Albert still carries joy for work

  • Posted: Tuesday, June 10, 2014 12:09 a.m.
    UPDATED: Tuesday, June 10, 2014 12:10 a.m.
Hall of Fame inductee Marv Albert on the right being interviewed on ESPN Radio at the 55th Naitonal Sportscasters and Sportswriters Association Awards at Catawba College.  photo by Wayne Hinshaw, for the Salisbury Post
Hall of Fame inductee Marv Albert on the right being interviewed on ESPN Radio at the 55th Naitonal Sportscasters and Sportswriters Association Awards at Catawba College. photo by Wayne Hinshaw, for the Salisbury Post

SALISBURY — No one has to remind Marv Albert just how lucky he is.

The 2013 NSSA Hall of Fame inductee is once again the nation’s brand name for sportscasting excellence — even if getting there wasn’t easy.


“When I think about where I started and everything’s that happened...” Albert said with a thoughtful pause Monday night outside bustling Goodman Gymnasium. “It’s such an honor to be standing here, especially when you consider all the greats who have made it to the Hall of Fame. Growing up, it’s all I ever wanted to do from third grade on. Who would have ever thought it would reach this point?”

Albert’s odometer is about to hit age 73, but his story remains an inspiring one. It can be traced to his 10th birthday when his parents gave him a Wollensak tape recorder — a bulky-yet-wonderful device that planted enough seeds to yield a lifetime harvest.

“That was the start,” he recalled with a warm smile. “I would turn down the audio on our television set and broadcast the games myself. Later I’d bring the thing to my high school games and sit in the stands, doing the games with all these people around me.”

Albert’s signature “Yesss!” call was actually borrowed from a teenaged friend. “When we played in the schoolyards in New York, a friend of mine would always call play-by-play,” he remembered. “It wasn’t me. I was kind of shy. He would incorporate, ‘Yesss! And it counts!” which a referee named Sid Borgia used to say. And it just came out one day when I doing a Knick game. Dick Barnett hit a jumper and I said, ‘Yesss!’ Well, people started repeating it to me and it just caught on.”

Those innocent beginnings led Albert down a star-spangled path. He’s been the voice of the New York Knicks and Rangers, has called six Super Bowls, two World Series and numerous other marquee events. He currently calls NFL games for CBS and serves as TNT’s lead NBA announcer.

“Just to do the Knicks, Rangers and NFL Giants would have been enough for me,” he noted. “That was my dream. I never thought of working for the networks, but then NBC came calling.”

Along the way Albert has filled a scrapbook with colorful memories and accumulated more front-row friends than he can count. He speaks fondly of the rivalry between NBA legends Kareem Abdul-Jabar and Willis Reed; is forever grateful to late-night TV host David Letterman for giving the ‘Albert Achievement Awards’ a home; and has a warm place in his heart for the honorable Michael Jordan.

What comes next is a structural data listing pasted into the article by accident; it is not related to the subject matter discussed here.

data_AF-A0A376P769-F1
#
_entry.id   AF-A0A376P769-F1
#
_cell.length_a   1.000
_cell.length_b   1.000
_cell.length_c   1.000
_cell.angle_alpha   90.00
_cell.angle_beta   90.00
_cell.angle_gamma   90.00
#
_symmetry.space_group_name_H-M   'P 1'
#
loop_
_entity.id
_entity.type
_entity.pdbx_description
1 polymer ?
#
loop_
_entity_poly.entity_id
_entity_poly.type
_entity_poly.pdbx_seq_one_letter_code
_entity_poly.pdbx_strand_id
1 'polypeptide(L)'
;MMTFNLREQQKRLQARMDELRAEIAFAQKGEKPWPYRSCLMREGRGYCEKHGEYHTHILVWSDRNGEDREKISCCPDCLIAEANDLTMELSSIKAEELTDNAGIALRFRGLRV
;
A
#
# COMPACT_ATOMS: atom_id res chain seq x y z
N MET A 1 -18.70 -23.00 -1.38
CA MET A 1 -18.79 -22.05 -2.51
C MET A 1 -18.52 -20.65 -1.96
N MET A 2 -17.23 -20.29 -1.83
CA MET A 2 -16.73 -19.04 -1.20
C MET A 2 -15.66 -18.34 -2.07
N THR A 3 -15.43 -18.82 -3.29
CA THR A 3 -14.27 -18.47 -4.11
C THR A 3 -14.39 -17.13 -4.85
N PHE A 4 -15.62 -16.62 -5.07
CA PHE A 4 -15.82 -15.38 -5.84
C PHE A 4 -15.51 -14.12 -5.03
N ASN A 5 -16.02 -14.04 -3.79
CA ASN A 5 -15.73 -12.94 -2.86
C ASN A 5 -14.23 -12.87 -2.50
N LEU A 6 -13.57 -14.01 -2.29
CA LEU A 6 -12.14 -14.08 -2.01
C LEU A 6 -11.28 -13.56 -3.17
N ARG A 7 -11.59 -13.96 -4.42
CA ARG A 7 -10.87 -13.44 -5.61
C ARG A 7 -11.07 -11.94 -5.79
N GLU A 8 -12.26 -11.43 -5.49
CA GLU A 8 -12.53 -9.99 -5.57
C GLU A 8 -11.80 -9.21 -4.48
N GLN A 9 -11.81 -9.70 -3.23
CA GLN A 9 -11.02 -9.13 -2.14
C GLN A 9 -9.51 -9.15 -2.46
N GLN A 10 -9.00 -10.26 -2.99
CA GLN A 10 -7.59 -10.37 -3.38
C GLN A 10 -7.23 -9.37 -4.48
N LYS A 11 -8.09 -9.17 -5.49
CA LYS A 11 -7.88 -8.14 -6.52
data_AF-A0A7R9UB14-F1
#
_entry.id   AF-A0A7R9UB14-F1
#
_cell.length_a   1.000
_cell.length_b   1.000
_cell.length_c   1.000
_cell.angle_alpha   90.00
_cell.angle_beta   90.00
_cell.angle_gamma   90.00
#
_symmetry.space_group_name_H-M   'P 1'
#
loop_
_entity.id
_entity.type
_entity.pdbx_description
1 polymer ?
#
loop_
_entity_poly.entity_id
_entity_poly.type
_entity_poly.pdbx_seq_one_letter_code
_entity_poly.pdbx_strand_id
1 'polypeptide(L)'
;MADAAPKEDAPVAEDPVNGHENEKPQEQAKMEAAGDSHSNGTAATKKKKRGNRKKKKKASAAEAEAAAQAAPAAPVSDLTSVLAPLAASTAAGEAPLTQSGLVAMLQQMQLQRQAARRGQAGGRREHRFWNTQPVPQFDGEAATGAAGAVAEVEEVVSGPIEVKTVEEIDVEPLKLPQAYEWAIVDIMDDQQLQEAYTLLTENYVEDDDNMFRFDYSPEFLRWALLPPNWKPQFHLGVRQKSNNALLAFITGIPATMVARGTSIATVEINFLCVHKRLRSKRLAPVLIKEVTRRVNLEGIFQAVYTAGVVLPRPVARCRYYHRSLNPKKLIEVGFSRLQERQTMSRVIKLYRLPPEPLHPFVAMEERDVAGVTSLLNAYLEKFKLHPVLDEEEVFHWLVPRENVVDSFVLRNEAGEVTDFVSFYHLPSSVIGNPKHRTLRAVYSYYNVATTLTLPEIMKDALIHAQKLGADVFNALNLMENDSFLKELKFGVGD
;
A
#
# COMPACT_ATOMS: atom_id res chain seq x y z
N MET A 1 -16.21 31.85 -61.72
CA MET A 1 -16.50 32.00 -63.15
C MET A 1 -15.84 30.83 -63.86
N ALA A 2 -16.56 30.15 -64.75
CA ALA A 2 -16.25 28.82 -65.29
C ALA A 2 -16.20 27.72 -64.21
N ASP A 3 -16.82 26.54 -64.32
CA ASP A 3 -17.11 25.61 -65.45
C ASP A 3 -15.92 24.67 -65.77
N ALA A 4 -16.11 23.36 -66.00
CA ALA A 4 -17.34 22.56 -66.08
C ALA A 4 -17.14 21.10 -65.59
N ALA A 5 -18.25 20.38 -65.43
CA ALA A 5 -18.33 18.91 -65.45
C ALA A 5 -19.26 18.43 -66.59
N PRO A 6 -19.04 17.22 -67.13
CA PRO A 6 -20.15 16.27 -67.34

He considers heavyweight Muhamad Ali and Jordan the most media-friendly athletes he’s known. “Everything Jordan said was good for TV and the NBA,” Albert said. “It was all stuff you could use. And Ali — he was always cooperative and good with people.”

A favorite recollection? Albert is quick mention Game 7 of the 1970 Knicks-Lakers championship series. Reed had injured his right hip in Game 5 and was chained to the New York bench as Los Angeles evened the series in Game 6. It seemed unlikely he’d be available to play in the finale at Madison Square Garden and was in the trainer’s room receiving a shot of cortisone as his teammates jogged out for warmups. Suddenly a buzz cascaded through the air as Reed, the league’s MVP, appeared in the runway — prompting a thunderous ovation from the shell-shocked crowd.

“Here comes Willis!” Albert announced to the radio-listening world.

It stunned everyone, including the Lakers. They reportedly stopped warming up and watched Reed hobble onto the court. “They couldn’t believe it,” Albert said. “And then Willis went out and hit his first two shots and the place went crazy. It was such an emotional lift. Walt ‘Clyde’ Frazier had one of the best Game 7’s in history (36 points, 19 assists) and the Knicks won their first title.”

Albert made headlines for all the wrong reasons in 1997 when he was arrested and later convicted of misdemeanor assault and battery. It cost him his job at NBC — and he easily could have vanished into the endless cornfield of forgotten sportscasters. Instead he made a public apology, paid his dues and began winning over skeptics.

“When they asked me to step in for Marv,” said longtime friend Bob Costas, Albert’s replacement, “I said I would certainly do it because I love the NBA and working for NBC. But I told them when he’s ready to come back I would 100 percent be willing to step aside. It was his job and he was great at it. And that’s exactly what happened.”

Away from the limelight Albert lives what seems an ordinary life. “He spends all day reading the newspapers,” said his wife of 15 years, Heather. “We get like five or six of them. He reads everything. His favorite is the comics — Pearls Before Swine.”

It’s good to see that Albert has turned the page and begun writing a new chapter. “There’s no question,” he concluded. “I’m honored by all of this. I never expected this would be where it leads to, but I feel like I still have a lot of years to go.”

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